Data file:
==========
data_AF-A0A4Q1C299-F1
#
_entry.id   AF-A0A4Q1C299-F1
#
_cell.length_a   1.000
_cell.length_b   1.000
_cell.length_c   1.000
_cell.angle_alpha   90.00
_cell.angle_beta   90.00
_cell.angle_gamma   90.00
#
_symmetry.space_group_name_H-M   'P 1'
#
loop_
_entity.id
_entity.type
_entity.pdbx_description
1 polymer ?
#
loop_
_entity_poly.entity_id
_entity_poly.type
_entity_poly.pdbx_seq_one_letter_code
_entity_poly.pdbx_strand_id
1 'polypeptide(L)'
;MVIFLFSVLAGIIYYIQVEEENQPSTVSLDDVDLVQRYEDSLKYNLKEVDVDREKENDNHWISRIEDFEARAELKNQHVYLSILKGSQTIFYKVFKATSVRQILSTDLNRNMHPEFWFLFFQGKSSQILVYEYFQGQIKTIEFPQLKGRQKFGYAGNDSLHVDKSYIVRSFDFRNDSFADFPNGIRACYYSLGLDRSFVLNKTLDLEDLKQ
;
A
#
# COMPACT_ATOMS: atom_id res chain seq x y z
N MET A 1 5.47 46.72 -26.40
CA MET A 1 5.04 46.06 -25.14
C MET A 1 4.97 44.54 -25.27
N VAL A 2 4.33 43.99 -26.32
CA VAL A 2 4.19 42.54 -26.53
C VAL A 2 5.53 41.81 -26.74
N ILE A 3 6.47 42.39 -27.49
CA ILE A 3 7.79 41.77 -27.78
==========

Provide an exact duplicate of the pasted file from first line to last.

data_AF-A0A4Q1C299-F1
#
_entry.id   AF-A0A4Q1C299-F1
#
_cell.length_a   1.000
_cell.length_b   1.000
_cell.length_c   1.000
_cell.angle_alpha   90.00
_cell.angle_beta   90.00
_cell.angle_gamma   90.00
#
_symmetry.space_group_name_H-M   'P 1'
#
loop_
_entity.id
_entity.type
_entity.pdbx_description
1 polymer ?
#
loop_
_entity_poly.entity_id
_entity_poly.type
_entity_poly.pdbx_seq_one_letter_code
_entity_poly.pdbx_strand_id
1 'polypeptide(L)'
;MVIFLFSVLAGIIYYIQVEEENQPSTVSLDDVDLVQRYEDSLKYNLKEVDVDREKENDNHWISRIEDFEARAELKNQHVYLSILKGSQTIFYKVFKATSVRQILSTDLNRNMHPEFWFLFFQGKSSQILVYEYFQGQIKTIEFPQLKGRQKFGYAGNDSLHVDKSYIVRSFDFRNDSFADFPNGIRACYYSLGLDRSFVLNKTLDLEDLKQ
;
A
#
# COMPACT_ATOMS: atom_id res chain seq x y z
N MET A 1 5.47 46.72 -26.40
CA MET A 1 5.04 46.06 -25.14
C MET A 1 4.97 44.54 -25.27
N VAL A 2 4.33 43.99 -26.32
CA VAL A 2 4.19 42.54 -26.53
C VAL A 2 5.53 41.81 -26.74
N ILE A 3 6.47 42.39 -27.49
CA ILE A 3 7.79 41.77 -27.78